Migration and employment

Changes in the size of the working-age population affect more strongly the foreign-born than the native-born for whom such changes are hardly noticeable from one year to another. This is notably due to the impact of net migration. In most OECD countries, employment rates for immigrants are lower than those for native-born persons. However, the situation is more diverse if one disaggregates employment rates by educational attainment.


The employment rate is calculated as the share of employed persons in the 25-64 population (active and inactive persons). In accordance with ILO definitions, employed persons are those who worked at least one hour or who had a job but were absent from work during the reference week. The classification of educational attainment shown is based on the International Standard Classification of Education (ISCED) categories. Generally speaking, “low” corresponds to less than upper secondary education; “intermediate” to upper secondary education; and “high” to tertiary education. Tertiary education includes programmes of high-level vocational education whose graduates feed into technical or semi-professional occupations.


Data for the European countries are from the European Union Labour Force Survey. Data for other countries are mostly taken from national labour force surveys. Even if employment levels can at times be affected by changes in survey design and by survey implementation problems (e.g. non-response), data on employment rates are generally consistent over time.

However, comparability of education levels between immigrants and the native-born population and across countries is only approximate. The educational qualifications of some origin countries may not fit exactly into national educational categories because the duration of study or the programme content for what appear to be equivalent qualifications may not be the same. Likewise, the reduction of the ISCED classification into three categories may result in some loss of information regarding the duration of study, the programme orientation, etc. For example, high educational qualifications can include programmes of durations varying from two years (in the case of short, university-level technical programmes) to seven years or more (in the case of PhDs).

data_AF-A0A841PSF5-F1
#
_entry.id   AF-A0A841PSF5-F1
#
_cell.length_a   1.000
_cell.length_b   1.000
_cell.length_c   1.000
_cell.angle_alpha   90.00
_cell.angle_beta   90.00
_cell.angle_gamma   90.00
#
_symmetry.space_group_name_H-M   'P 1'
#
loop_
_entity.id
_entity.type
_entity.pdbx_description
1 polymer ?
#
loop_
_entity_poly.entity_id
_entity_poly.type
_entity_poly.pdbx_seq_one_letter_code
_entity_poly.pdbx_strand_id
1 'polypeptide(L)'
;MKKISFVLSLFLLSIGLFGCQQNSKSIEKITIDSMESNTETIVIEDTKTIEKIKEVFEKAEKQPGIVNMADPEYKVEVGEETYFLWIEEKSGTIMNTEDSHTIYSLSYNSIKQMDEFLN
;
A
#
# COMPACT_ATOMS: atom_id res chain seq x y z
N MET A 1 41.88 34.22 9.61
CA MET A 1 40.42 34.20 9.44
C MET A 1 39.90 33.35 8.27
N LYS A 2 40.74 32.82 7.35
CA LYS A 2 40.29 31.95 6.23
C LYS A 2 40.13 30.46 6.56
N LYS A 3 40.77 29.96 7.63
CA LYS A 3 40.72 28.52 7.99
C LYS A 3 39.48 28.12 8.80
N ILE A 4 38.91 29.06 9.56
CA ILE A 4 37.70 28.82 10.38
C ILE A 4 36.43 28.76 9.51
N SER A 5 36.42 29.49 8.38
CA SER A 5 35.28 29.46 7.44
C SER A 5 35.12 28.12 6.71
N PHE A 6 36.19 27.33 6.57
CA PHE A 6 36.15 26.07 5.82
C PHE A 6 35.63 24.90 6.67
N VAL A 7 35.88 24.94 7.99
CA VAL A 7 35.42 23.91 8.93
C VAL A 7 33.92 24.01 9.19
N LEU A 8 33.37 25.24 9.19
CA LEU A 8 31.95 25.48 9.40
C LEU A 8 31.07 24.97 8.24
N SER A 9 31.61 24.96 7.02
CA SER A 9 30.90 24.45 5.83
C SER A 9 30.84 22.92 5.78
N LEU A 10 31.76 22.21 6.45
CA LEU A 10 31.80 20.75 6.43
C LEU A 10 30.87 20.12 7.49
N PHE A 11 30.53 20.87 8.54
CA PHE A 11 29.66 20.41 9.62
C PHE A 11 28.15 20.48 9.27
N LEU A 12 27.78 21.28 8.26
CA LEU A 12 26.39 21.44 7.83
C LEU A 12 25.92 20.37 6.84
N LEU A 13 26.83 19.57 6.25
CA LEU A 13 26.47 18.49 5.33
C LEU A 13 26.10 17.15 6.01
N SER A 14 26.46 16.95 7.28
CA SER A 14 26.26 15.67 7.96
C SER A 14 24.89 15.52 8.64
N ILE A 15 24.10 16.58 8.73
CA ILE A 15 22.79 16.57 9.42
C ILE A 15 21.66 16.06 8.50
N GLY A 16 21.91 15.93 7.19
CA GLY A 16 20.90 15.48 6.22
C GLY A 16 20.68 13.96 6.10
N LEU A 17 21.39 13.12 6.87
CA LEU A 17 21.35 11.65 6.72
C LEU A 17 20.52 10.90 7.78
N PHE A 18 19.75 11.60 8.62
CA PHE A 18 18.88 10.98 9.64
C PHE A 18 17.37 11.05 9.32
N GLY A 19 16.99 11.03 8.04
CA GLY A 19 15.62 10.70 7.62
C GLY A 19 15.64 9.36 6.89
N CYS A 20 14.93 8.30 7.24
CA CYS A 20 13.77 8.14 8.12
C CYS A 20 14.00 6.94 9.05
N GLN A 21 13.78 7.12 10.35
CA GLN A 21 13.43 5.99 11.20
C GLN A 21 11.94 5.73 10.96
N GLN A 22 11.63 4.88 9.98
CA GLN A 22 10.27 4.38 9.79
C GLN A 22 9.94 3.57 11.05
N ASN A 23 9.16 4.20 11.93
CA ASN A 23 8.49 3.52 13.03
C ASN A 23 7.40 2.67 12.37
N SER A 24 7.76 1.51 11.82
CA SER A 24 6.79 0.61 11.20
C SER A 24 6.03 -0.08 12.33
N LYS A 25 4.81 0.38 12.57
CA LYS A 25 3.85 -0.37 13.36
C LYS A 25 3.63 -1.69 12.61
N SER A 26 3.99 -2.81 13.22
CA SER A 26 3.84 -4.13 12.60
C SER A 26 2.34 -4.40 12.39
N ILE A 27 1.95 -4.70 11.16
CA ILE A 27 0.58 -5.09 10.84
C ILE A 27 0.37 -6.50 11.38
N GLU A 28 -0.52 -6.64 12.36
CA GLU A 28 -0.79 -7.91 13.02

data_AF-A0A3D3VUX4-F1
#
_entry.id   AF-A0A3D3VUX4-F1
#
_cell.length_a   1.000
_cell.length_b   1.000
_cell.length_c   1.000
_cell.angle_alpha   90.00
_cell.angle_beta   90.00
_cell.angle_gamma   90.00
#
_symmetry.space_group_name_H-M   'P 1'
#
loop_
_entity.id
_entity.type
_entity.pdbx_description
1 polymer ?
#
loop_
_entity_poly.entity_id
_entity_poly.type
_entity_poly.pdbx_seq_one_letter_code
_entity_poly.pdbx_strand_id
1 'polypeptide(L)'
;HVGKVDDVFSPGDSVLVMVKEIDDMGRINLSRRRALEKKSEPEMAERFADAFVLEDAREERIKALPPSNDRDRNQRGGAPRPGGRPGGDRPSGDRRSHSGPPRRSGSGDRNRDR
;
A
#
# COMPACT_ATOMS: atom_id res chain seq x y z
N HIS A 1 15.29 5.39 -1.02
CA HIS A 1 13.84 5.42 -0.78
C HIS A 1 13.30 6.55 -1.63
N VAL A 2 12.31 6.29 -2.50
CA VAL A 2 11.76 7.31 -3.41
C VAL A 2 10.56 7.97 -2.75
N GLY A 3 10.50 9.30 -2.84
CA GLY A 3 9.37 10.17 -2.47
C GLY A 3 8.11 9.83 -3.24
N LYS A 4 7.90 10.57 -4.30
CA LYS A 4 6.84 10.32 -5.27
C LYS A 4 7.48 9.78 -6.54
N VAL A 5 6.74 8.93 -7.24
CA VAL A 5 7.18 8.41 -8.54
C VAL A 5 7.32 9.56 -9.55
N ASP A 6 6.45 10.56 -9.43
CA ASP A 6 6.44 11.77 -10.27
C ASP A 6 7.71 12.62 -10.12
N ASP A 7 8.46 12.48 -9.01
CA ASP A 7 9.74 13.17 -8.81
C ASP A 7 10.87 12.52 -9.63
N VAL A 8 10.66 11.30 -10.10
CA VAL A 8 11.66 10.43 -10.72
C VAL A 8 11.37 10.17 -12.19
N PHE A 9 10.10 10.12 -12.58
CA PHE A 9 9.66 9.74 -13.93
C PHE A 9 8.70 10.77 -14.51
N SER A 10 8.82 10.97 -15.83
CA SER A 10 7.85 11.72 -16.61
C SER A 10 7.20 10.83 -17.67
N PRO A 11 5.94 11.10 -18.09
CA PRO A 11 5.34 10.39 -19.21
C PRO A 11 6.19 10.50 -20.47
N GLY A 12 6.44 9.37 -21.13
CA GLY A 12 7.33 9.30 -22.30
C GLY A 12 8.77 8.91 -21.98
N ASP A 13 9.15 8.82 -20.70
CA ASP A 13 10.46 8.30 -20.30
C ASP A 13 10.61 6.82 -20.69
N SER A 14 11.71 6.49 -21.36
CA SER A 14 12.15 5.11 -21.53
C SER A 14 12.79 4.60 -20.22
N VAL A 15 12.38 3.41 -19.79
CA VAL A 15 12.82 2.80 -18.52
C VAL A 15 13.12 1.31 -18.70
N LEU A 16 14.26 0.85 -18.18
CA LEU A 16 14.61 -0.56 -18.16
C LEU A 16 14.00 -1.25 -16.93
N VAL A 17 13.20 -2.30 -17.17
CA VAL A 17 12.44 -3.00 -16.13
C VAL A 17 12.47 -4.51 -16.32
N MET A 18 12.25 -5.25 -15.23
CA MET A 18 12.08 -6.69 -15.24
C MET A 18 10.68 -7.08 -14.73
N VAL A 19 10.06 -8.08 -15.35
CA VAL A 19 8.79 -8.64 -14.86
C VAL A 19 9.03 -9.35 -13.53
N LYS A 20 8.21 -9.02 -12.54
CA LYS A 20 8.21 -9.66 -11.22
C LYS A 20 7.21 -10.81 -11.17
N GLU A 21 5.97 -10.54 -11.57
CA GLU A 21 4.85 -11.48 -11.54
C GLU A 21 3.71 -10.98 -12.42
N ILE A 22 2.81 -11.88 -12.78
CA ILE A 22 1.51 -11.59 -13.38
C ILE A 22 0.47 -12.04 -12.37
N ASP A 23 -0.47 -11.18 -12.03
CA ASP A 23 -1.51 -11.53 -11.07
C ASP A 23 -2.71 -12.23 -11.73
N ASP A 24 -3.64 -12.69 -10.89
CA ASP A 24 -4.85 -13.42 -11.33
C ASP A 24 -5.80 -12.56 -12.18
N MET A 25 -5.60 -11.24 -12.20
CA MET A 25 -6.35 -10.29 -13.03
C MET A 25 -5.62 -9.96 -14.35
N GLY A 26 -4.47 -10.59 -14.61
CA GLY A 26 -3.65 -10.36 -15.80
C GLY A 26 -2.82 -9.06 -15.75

The EU28 aggregate is a weighted average.


Labour market outcomes of immigrants and native-born vary significantly across OECD countries, and differences by educational attainment are even larger. In all OECD countries, the employment rate increases with education level. While people with tertiary education find work more easily and are less exposed to unemployment, access to tertiary education does not necessarily guarantee equal employment rates for immigrants and native-born persons. In all OECD countries but Chile, employment rates are higher for native-born persons with high educational qualifications than for their foreign-born counterparts.

The situation is more diverse for persons with low educational attainment. In the United States, Luxembourg and to a lesser extent in some southern European countries such as Italy and Greece, foreign-born immigrants with low educational qualifications have higher employment rates than their native-born counterparts. The opposite is true in most other countries, in particular in Sweden, the Netherlands, Denmark and the United Kingdom. The higher employment rate of foreign-born persons with low educational attainment in some countries may reflect the persistent demand for workers in low-skilled jobs which are hardly taken up by the in-coming cohorts of native-born workers.


Further information

Analytical publications

Statistical publications

Methodological publications


Table. Employment rates of native- and foreign-born population by educational attainment


Gap in employment rates between foreign- and native-born population by educational attainment
Percentage points, 2014